- Equal percentage.
Examples of these and their inherent characteristics are shown in below figure-2.
Fast opening characteristic
The fast opening characteristic valve plug will give a large change in flowrate for a small valve lift from the closed position. For example, a valve lift of 50% may result in an orifice pass area and flowrate up to 90% of its maximum potential.
A valve using this type of plug is sometimes referred to as having an ‘on / off’ characteristic.
Unlike linear and equal percentage characteristics, the exact shape of the fast opening curve is not defined in standards. Therefore, two valves, one giving a 80% flow for 50% lift, the other 90% flow for 60% lift, may both be regarded as having a fast opening characteristic.
Fast opening valves tend to be electrically or pneumatically actuated and used for ‘on / off’ control.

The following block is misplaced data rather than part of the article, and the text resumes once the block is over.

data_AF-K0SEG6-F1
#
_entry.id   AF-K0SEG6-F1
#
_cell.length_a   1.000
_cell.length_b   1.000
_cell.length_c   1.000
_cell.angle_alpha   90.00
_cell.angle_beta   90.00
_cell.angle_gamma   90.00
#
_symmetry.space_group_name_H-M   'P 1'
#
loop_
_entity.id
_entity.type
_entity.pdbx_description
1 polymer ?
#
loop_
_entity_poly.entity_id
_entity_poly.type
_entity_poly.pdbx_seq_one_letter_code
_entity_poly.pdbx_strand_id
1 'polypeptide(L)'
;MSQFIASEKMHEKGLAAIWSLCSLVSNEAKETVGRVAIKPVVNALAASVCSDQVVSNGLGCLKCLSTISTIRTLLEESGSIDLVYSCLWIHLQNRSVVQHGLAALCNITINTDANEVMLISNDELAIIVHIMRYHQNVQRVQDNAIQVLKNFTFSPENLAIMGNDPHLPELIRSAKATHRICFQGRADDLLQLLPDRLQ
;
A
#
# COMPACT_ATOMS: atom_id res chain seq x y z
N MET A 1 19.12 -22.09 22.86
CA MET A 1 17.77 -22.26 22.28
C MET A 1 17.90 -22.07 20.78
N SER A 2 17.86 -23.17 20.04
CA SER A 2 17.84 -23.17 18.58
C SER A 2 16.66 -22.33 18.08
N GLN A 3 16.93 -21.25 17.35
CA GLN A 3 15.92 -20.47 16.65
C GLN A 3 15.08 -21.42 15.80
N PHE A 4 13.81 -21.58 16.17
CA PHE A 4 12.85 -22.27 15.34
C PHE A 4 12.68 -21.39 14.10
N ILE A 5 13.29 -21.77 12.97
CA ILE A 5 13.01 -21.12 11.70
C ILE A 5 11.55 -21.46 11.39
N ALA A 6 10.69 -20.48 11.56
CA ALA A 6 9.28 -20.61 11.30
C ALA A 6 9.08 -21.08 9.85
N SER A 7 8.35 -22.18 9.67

The self-acting type of control valve tends to have a plug shape similar to the fast opening plug in Figure .1. The plug position responds to changes in liquid or vapour pressure in the control system. The movement of this type of valve plug can be extremely small relative to small changes in the controlled condition, and consequently the valve has an inherently high rangeability. The valve plug is therefore able to reproduce small changes in flowrate, and should not be regarded as a fast opening control valve.
The linear characteristic valve plug is shaped so that the flowrate is directly proportional to the valve lift (H), at a constant differential pressure. A linear valve achieves this by having a linear relationship between the valve lift and the orifice pass area (see below Figure .3).
For example, at 40% valve lift, a 40% orifice size allows 40% of the full flow to pass.
Equal percentage characteristic (or logarithmic characteristic)
These valves have a valve plug shaped so that each increment in valve lift increases the flowrate by a certain percentage of the previous flow. The relationship between valve lift and orifice size (and therefore flowrate) is not linear but logarithmic, and is expressed mathematically in below Equation
= Volumetric flow through the valve at lift H